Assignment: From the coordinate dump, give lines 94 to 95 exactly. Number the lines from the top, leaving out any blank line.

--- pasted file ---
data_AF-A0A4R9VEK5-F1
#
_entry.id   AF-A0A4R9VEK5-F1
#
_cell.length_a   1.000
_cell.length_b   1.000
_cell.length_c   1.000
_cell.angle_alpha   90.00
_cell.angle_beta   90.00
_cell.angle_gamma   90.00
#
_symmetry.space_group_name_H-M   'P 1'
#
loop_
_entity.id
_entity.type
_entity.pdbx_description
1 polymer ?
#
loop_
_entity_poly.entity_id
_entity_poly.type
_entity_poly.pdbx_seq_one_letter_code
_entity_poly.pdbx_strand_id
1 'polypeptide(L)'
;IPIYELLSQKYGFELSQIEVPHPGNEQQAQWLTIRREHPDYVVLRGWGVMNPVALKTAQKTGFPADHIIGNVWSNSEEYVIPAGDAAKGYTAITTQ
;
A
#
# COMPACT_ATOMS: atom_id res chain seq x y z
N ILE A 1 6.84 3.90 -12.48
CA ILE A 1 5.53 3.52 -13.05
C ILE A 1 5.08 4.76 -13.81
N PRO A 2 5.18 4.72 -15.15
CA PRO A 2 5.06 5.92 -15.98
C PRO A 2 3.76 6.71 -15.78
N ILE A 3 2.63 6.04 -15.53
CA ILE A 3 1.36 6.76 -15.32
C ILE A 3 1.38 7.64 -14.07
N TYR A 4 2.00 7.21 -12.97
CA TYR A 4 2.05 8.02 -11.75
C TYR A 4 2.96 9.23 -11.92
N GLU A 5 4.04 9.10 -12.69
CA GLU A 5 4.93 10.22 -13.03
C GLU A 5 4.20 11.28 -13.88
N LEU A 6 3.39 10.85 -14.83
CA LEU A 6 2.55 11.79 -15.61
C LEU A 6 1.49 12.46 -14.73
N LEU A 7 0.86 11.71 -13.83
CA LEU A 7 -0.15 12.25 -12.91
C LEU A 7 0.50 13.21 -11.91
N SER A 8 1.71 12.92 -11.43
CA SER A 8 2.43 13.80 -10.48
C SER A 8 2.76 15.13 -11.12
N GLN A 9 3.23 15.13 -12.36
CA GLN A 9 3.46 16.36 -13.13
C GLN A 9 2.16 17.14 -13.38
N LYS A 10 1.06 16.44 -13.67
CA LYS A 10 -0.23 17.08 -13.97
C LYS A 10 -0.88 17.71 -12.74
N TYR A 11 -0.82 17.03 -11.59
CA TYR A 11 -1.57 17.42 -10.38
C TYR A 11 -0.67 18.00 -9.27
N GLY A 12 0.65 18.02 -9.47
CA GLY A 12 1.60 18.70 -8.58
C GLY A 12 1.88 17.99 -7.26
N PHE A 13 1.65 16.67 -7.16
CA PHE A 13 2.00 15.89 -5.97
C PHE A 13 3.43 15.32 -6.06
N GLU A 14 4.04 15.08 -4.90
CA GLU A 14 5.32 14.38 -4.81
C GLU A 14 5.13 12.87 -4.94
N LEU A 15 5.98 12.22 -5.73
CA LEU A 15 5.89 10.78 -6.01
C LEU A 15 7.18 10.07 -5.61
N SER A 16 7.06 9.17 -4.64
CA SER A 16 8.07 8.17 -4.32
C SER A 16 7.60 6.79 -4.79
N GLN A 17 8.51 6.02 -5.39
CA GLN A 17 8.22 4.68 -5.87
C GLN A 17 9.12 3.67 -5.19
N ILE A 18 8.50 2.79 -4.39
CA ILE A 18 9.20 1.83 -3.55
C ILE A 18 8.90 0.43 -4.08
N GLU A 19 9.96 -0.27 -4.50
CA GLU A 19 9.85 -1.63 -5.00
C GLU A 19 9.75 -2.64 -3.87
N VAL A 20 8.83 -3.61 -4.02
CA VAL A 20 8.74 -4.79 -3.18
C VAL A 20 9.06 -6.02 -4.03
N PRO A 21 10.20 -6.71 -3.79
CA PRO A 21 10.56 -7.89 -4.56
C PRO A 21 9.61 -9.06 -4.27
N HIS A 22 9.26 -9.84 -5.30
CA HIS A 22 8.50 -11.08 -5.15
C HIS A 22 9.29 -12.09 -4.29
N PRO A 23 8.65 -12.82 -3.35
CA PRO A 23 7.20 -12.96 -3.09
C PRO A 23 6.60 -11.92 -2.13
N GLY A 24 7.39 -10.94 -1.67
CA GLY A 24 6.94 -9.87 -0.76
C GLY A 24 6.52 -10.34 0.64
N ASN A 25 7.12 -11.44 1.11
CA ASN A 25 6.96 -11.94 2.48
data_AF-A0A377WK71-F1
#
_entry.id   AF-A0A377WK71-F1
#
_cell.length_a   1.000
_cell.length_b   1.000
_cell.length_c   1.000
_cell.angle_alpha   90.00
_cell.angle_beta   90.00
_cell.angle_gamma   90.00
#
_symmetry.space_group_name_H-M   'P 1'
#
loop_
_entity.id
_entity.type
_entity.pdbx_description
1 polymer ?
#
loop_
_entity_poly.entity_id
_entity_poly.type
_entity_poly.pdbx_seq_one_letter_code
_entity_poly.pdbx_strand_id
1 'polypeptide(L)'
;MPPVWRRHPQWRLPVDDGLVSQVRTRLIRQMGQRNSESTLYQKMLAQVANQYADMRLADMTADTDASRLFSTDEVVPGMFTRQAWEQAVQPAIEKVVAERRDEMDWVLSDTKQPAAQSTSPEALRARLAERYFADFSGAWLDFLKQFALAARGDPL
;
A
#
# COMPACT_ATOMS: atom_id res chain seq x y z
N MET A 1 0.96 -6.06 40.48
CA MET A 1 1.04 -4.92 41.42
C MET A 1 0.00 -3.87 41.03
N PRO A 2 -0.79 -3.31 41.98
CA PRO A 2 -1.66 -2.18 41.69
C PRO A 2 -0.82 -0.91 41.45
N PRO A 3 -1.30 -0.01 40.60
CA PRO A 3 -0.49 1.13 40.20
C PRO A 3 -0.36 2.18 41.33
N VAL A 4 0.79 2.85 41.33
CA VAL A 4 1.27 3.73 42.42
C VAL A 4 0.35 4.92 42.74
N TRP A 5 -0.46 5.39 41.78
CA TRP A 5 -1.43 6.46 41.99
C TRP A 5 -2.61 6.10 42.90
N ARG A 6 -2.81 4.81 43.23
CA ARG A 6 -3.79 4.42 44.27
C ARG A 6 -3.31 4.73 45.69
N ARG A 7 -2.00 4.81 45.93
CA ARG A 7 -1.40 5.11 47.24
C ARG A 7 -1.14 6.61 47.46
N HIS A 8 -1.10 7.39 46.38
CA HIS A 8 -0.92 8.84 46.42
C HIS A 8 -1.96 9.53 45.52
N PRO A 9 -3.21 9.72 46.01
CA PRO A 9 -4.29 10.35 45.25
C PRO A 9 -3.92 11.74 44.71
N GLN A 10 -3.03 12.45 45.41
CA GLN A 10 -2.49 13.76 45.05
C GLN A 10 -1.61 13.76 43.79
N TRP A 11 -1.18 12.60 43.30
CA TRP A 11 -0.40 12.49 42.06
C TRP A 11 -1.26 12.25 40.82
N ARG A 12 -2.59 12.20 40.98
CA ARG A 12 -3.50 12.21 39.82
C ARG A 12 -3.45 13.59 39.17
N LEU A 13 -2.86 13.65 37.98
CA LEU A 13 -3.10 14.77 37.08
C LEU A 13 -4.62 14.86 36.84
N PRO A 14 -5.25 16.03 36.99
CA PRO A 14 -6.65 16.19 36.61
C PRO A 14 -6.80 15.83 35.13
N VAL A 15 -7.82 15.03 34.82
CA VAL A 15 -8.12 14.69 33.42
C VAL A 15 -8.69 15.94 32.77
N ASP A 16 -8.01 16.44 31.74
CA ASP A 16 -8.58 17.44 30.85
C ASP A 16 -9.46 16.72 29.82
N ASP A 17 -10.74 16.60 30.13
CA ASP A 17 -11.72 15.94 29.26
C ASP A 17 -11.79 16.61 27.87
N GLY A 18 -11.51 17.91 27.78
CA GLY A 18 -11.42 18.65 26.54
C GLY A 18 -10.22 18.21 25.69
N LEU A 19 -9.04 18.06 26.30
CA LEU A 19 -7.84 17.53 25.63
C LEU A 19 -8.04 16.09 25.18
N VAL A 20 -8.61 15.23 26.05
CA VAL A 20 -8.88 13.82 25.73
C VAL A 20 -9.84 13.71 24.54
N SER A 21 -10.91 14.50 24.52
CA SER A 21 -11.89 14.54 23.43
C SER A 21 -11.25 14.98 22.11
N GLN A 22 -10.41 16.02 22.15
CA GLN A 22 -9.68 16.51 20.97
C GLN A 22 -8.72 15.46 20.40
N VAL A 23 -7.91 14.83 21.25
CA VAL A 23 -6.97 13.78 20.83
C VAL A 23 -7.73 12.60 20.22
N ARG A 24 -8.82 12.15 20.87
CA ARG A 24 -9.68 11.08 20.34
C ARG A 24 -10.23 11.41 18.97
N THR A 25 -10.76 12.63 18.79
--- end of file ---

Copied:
N HIS A 22 9.26 -9.84 -5.30
CA HIS A 22 8.50 -11.08 -5.15